Web Developer Toolbox

Git

Git Logo

Version Control System

Git is a version control system. A version control system is a piece of software that helps the developers on a software team work together and also archives a complete history of their work.

There are three basic goals of a version control system:

  1. people able to work simultaneously, not serially.
  2. when people are working at the same time, their changes are not conflicting each other.
  3. archive every version of everything that has ever existed — ever. And who did it. And when. And why.

Using Git

Using command line

Open Git Bash and try the following commands.

Change directory

bash
cd folder
cd folder/subfolder
cd ../
cd ../another-folder/nested-folder

Create file

bash
touch file-name.ext

Create directory

bash
mkdir folder-name

Remove file

bash
rm file-name.ext
rm folder

Remove folder and all its contents (!)

bash
rm -rf folder

Create a new, empty repository

repository = filesystem * time

bash
git init

The three states

Git has three main states that your files can reside in: committed, modified, and staged.

  • Committed: the file is safely stored in repository
  • Modified: the file is changed but not committed to repository yet
  • Staged: the file is marked to go into your next commit snapshot

The diagram below illustrated the 3 states:

The three states of file in git

The basic workflow goes something like this:

  1. You modify files in your working tree.
  2. You selectively stage just those changes you want to be part of your next commit, which adds only those changes to the staging area.
  3. You do a commit, which takes the files as they are in the staging area and stores that snapshot permanently to your Git directory.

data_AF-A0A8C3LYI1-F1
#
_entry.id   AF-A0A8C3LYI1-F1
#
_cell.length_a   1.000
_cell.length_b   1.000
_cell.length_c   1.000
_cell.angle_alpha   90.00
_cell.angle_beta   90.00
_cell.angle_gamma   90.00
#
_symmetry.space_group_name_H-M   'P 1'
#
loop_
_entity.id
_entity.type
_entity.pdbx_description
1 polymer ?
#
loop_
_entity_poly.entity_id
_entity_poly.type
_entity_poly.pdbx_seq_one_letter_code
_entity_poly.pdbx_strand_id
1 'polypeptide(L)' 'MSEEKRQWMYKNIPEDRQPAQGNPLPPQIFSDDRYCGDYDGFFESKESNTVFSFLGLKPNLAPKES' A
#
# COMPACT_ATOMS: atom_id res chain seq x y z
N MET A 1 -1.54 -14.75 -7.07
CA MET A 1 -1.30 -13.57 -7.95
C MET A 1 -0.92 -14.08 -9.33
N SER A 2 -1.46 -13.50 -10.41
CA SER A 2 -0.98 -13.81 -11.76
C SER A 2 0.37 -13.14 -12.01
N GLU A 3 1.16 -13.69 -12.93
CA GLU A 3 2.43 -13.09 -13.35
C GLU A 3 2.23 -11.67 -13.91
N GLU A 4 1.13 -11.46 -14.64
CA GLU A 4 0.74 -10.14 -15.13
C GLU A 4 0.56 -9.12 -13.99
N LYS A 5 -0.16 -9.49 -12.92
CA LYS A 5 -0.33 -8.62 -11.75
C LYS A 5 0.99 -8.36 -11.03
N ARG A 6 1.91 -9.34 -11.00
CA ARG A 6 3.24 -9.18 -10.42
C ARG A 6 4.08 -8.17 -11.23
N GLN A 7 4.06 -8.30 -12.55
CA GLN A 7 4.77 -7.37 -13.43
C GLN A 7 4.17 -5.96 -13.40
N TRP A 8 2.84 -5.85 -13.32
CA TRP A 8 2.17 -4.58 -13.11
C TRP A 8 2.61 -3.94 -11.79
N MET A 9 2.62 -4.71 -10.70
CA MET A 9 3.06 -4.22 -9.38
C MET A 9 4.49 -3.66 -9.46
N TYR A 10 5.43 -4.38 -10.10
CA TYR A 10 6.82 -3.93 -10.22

To stage your change, we use the following command:

bash
git add <fileName>

To commit all staged files, use the following command:

bash
git commit -m "<commit message>"

To check the current status:

bash
git status
git status -s

To unstage a staged file:

bash
git reset HEAD <file-name>

Branching

When you create a git repo, by default you have one branch, and it is called master.

However, if multiple people working on same files together, their changes may conflict each other, and making everyone's life difficult.

Branching means you diverge from the main line of development and continue to do work without messing with that main line.

To create a new branch

bash
git branch testing

Two branches

However, we're still at master branch.

HEAD pointing to master

To switch to the new branch

bash
git checkout testing

HEAD pointing to testing

Let's modify something and do another commit.

testing branch is now ahead of master branch

Switch back to master branch

bash
git checkout master

switch back to master branch

When you make another commit on master

master and testing branches diverge now

You can merge changes of testing branch into master with:

bash
git merge testing

Finally, you can delete a branch with

bash
git branch -D testing

Images in this section are adapted from Pro Git

Using GitHub

Create a Repository

Pulling and Pushing from Repository

Forking and Pull Request

Fork and Create a PR to this repo.

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